Everything You Need To Know About No Money Down Car Loans
When it comes to car loans, sometimes it can feel like everywhere you turn there’s a new option just screaming out to be heard. We’ve all been through the expensive and tiring gamut of interest rates, credit scores, loan lengths, and the critical question of secured vs unsecured loans.
Who among us hasn’t spent at least one sleepless night in front of our computer with a calculator in our other hand, trying to figure out a way to balance the books so that we’ll be able to make a big enough down payment on the next loan we’re planning on taking on? Or even how we’ll make the next set of monthly repayments on loans we’re already committed to?
It’s a minefield out there, as we’re sure you’ll agree. There are too many options to count, and too many ways to work around the options that when you get down to practicality, the list of ways you can finance a loan can wind up looking just about endless. We’ve got the financing scheme itself to consider, which is going to vary depending on our credit score—which itself is going to vary depending on our recent credit history and whether we can be relied upon to pay back our debts in full and on time.
Then you have to try and figure out how much wiggle room you’ve currently got in your monthly budget to leave for monthly repayments. From there, you need to somehow work out how much financing you can qualify for: this itself is no easy job and can be the work of an entire afternoon at the very quickest. Next, you need to perform the critical stage of working out how much of a down payment you can afford to make on the loan. Finally, you’ve got to shop around to different dealerships in search of the best possible car loan that you can make work, given your current circumstances.
While every step of the process is crucial to the overall scheme of securing a car loan for yourself, today’s article is going to focus on the part of it which often gets overlooked, and can be seen by some to pale in comparison to more nitty-gritty details like the interest rates or the length of the loan. There are any number of articles on the internet about how to go about planning which interest rates are going to be feasible, or how long your loan should ideally be. But down payment is often ignored in the grand scheme of things, which is silly because they’re so critical to the overall car loan deal.
No Money Down Deals
Even more enticing and mysterious is the no money down car loan deal. We’re sure you’ve seen the sign up at your local dealership, and it probably looked too good to be true. After all, what kind of sense could that possibly make? In what world can you qualify for a loan without needing to make any kind of down payment? Is that even legal? Can it work for you?
The short answer is yes, it’s legal, and yes, it can work for you. But the circumstances in which it’ll be a good idea are specific indeed and can be too tricky to sketch out for each individual buyer just trying to get approval for a car loan. So this article is going to give you a rundown on how, exactly, these mysterious no money down car loans work.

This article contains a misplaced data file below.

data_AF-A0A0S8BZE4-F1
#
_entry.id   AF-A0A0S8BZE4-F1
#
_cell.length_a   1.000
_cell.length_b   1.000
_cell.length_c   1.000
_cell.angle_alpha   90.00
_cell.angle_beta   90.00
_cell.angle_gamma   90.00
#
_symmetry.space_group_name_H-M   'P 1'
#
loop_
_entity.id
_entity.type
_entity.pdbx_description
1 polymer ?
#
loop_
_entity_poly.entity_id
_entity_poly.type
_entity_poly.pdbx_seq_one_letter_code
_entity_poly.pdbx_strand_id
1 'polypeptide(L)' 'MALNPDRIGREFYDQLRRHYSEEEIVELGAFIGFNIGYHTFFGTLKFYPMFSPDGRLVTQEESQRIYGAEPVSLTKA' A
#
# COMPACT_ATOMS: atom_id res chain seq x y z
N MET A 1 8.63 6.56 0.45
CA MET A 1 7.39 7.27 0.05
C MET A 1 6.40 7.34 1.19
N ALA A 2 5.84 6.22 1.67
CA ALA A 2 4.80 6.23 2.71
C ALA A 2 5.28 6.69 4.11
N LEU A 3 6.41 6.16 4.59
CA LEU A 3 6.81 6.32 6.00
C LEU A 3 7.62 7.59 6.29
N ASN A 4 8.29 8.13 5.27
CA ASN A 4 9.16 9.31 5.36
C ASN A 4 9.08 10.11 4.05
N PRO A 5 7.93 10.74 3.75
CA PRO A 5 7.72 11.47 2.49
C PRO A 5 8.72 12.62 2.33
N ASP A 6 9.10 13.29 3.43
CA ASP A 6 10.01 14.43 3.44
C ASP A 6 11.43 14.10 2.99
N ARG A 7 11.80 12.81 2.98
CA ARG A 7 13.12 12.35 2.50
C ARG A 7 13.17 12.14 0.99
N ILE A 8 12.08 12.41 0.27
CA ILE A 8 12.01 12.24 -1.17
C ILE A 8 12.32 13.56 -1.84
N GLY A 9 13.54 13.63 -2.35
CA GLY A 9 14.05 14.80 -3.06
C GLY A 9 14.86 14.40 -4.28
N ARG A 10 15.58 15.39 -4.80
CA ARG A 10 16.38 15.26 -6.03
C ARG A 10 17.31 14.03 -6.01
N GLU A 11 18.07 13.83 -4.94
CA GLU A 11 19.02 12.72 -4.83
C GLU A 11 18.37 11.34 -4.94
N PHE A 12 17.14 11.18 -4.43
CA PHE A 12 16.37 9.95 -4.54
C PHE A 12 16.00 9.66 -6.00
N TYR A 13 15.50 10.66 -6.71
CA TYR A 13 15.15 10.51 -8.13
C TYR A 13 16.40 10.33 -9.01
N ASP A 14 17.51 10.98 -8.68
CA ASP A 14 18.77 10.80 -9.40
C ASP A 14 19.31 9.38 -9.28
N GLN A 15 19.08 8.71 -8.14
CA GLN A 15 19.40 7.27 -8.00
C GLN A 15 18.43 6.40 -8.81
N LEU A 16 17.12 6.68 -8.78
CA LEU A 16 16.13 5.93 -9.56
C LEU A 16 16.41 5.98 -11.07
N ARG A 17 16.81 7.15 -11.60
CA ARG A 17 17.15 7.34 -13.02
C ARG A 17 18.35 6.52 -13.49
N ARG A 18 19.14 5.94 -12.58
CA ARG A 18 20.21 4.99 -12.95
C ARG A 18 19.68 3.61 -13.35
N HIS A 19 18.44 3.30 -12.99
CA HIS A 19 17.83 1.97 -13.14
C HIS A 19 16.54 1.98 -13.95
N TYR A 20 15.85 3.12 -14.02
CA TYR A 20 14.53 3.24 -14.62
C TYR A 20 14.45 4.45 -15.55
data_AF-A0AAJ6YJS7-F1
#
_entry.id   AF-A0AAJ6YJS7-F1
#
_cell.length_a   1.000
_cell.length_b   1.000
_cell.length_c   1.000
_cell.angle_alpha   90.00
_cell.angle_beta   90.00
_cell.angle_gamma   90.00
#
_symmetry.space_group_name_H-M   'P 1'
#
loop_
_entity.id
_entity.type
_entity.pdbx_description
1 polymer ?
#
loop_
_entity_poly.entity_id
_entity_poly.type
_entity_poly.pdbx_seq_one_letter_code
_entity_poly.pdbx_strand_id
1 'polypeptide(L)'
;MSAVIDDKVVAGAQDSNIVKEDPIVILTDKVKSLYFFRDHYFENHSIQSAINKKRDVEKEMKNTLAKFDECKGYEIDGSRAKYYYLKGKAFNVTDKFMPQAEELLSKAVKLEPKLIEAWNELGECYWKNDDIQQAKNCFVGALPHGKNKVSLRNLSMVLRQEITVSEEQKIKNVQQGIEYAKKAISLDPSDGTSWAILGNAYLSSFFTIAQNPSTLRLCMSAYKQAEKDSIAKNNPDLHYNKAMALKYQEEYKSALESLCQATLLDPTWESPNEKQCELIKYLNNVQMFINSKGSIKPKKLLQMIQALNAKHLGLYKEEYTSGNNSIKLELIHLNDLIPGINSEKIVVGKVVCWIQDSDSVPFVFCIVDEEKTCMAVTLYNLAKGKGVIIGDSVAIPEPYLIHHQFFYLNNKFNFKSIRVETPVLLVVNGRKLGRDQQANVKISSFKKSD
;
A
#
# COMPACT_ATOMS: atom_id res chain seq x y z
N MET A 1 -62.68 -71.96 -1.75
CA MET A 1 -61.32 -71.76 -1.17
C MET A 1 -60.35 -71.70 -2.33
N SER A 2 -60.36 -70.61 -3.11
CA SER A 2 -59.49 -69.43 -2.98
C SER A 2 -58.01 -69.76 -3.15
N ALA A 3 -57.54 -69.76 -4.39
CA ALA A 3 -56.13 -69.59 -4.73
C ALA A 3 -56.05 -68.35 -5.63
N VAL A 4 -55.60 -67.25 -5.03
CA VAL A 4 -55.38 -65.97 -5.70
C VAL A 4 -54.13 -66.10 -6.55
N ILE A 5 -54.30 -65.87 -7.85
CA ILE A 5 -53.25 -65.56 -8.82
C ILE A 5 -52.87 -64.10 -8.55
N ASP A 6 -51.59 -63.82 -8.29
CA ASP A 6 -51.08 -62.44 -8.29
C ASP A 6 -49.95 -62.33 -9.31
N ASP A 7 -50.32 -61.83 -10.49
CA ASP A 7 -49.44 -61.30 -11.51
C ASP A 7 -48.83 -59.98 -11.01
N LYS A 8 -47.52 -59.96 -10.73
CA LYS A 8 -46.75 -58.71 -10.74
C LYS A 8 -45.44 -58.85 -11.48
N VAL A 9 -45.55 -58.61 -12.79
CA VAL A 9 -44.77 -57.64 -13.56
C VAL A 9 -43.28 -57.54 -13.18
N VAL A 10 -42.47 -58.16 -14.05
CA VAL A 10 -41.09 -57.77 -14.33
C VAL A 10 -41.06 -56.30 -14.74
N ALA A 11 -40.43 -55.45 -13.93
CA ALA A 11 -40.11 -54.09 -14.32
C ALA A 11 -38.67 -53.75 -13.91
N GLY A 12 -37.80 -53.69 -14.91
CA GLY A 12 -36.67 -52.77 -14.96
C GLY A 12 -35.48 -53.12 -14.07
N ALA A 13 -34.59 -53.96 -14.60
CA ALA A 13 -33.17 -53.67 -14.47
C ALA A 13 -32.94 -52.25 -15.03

First of all, we’re going to break down what a down payment is and why car dealerships ask for one. Next, we’ll talk about the benefits and negative aspects of a no money down car loan, before explaining how to tell if you qualify for it or not.
Without further ado, let’s get going. Here’s everything you need to know about a no money down car loan.
What Is A Down Payment, Anyway?
If you were to come up with a way to describe what a down payment is, it’s not a million miles away to say that it’s half of how you pay for your new car. Which is not to say that it’s half in terms of 50% of the overall price; rather it’s one of two functions that work to afford the overall value of the car. The other, naturally, is the financing scheme itself.
The more you can put down on the loan in the first place, the less you’ll have to pay back in your loan. For example, if you’re buying a car for $30,000, you might put a down payment of $7000 on the car, meaning you’ll only have to repay $21,000 (plus interest) over the course of the car loan instead. While this can sound a little intimidating, it really shouldn’t: you can even think of it as a way of paying back some of the money without interest.
While down payments are typically made in cash, there’s no hard and fast rule about how they have to be made, just like there’s no way to tell in advance which is the standard down payment price point the dealer in question will be working with when it comes to helping you finance your car loan. A common form of making down payments is by trading in the car you’re currently driving. The dealer will estimate its value and take that total cost out of the overall value of the car you’re looking to buy, effectively treating it as a lump sum of cash. Dealers don’t always give you the best trade-in deals, however, so if you’re able to sell it privately to somebody else who you’ll know will give you a better price for it, that could be a good idea.